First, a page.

That Was Then
In 1967, Kathrine Switzer registered and received a bib number for the famed Boston Marathon using only her initials, K.V. and last name, and during the race, official Jock Semple infamously tried to shove her off the course. The worldwide story led to an outcry for gender equity and pushed decision-makers for official inclusion of women in organized races. As gender and culture roles evolved in the U.S. from 1960-80, long distance running became part of this larger revolution.
In April, the Boston Marathon honored the women’s class of 1972, which included nine runners who were “officially” entered to run in the Boston Marathon.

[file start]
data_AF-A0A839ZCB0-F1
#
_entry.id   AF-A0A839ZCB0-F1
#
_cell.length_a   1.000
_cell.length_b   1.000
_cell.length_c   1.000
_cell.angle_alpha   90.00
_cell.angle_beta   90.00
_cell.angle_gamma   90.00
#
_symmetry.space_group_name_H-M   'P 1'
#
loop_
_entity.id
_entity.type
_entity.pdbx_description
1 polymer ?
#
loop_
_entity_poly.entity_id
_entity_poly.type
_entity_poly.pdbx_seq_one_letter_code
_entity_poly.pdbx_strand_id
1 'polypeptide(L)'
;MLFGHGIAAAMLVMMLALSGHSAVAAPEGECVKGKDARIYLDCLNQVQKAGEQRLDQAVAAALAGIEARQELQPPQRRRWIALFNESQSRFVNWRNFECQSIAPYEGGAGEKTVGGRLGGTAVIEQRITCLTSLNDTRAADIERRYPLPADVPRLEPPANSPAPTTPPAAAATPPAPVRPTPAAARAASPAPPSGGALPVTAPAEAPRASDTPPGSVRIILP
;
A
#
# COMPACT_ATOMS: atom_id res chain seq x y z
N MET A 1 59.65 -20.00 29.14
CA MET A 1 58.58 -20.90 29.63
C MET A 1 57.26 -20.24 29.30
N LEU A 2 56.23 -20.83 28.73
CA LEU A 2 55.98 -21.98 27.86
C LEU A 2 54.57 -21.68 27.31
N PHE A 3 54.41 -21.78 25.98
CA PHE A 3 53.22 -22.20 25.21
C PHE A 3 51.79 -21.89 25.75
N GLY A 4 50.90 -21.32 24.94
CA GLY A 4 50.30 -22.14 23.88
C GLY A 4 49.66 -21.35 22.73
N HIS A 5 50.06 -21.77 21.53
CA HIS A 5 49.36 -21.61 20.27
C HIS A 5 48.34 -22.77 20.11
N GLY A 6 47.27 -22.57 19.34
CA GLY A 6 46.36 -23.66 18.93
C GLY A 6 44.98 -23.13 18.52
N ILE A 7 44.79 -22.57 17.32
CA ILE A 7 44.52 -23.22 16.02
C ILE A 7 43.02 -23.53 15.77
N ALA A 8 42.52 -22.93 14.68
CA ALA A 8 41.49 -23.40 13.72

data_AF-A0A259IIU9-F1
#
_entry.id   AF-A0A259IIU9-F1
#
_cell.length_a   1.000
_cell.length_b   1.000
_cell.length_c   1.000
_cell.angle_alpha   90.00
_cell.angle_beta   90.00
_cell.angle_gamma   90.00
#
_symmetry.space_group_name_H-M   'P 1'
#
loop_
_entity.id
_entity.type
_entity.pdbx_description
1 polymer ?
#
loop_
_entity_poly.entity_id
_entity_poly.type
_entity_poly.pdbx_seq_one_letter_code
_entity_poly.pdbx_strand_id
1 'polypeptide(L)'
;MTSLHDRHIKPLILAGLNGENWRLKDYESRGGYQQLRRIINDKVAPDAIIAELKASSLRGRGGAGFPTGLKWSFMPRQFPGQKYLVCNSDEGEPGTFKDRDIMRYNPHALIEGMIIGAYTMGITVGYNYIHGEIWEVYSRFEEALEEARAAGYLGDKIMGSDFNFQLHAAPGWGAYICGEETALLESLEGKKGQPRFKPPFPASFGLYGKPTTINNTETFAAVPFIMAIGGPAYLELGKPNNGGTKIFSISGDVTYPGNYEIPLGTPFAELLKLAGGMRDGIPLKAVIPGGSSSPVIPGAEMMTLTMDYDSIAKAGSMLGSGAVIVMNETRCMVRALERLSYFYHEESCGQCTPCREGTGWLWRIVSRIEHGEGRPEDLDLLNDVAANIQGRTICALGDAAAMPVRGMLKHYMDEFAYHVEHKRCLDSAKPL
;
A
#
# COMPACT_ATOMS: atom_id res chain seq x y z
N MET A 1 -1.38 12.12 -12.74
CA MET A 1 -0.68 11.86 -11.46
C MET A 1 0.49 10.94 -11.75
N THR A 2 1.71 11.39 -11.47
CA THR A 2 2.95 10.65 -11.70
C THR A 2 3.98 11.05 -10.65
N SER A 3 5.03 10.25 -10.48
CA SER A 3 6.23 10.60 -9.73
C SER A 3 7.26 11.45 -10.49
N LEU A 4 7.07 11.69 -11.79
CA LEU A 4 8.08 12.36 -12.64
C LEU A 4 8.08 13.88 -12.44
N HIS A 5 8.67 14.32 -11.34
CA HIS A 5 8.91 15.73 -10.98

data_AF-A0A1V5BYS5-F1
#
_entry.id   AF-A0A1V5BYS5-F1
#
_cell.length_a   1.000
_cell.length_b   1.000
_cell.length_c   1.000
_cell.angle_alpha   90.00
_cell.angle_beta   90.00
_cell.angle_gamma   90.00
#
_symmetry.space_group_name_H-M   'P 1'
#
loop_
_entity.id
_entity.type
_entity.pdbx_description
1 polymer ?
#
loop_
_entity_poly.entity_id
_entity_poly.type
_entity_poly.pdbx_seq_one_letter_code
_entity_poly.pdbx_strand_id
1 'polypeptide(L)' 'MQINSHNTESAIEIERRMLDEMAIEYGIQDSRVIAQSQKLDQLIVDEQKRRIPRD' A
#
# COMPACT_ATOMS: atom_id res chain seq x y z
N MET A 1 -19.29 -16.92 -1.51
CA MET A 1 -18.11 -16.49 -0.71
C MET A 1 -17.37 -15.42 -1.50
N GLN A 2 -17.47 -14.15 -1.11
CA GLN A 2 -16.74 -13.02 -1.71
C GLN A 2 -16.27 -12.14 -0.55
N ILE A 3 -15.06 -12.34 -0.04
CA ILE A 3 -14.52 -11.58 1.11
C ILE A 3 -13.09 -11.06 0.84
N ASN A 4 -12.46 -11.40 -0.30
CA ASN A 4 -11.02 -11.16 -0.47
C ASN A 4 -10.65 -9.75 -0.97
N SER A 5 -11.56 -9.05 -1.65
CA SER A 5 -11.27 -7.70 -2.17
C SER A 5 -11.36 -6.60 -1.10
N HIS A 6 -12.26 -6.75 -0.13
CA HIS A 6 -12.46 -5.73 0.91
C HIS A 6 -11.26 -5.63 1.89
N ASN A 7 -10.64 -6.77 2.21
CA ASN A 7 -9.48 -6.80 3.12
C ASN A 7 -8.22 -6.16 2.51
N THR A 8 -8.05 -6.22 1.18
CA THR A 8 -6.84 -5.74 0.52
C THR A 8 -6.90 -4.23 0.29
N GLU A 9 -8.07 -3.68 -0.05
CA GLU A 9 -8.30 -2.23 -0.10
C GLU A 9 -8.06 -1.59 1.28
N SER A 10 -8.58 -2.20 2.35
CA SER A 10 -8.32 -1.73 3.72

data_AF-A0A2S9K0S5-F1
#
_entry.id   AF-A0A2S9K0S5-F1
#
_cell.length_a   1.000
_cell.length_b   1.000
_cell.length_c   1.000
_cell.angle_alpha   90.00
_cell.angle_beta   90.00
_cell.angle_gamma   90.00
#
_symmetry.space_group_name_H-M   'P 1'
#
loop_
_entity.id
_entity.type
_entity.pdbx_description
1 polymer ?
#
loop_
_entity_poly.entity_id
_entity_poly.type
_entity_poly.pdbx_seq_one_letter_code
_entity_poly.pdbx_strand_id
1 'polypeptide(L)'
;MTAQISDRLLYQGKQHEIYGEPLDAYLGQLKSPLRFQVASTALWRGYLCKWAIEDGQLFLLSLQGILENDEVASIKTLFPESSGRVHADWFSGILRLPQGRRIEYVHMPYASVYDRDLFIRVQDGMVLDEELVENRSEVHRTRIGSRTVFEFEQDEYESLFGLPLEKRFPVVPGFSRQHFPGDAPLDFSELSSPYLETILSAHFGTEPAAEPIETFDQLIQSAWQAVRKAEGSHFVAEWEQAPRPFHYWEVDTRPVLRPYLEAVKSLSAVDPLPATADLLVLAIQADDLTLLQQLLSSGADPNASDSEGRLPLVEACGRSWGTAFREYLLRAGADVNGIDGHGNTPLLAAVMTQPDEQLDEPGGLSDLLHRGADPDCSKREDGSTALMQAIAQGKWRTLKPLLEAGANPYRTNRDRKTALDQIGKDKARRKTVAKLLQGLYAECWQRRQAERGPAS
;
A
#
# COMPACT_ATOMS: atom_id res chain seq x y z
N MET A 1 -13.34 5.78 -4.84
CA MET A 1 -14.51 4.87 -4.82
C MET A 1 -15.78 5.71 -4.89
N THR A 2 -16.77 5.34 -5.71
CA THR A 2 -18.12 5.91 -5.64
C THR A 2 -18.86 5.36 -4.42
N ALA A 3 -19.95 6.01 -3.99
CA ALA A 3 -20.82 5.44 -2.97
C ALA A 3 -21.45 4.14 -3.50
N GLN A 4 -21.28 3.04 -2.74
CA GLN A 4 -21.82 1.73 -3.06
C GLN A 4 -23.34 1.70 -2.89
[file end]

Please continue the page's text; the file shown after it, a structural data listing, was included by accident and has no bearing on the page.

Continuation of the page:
This is #Runnovation
Since those nine entries and groundbreaking Title IX legislation that was passed on June 23, 1972, women’s participation in long-distance events has grown and later boomed, with female runners now accounting for more than 53% of event finishers nationwide compared to less than 20% of finishers during the 1970s First Running Boom. For the 2012 Boston Marathon, 42% of the entrants were women (11,152 out of 26,656).
Source: Running USA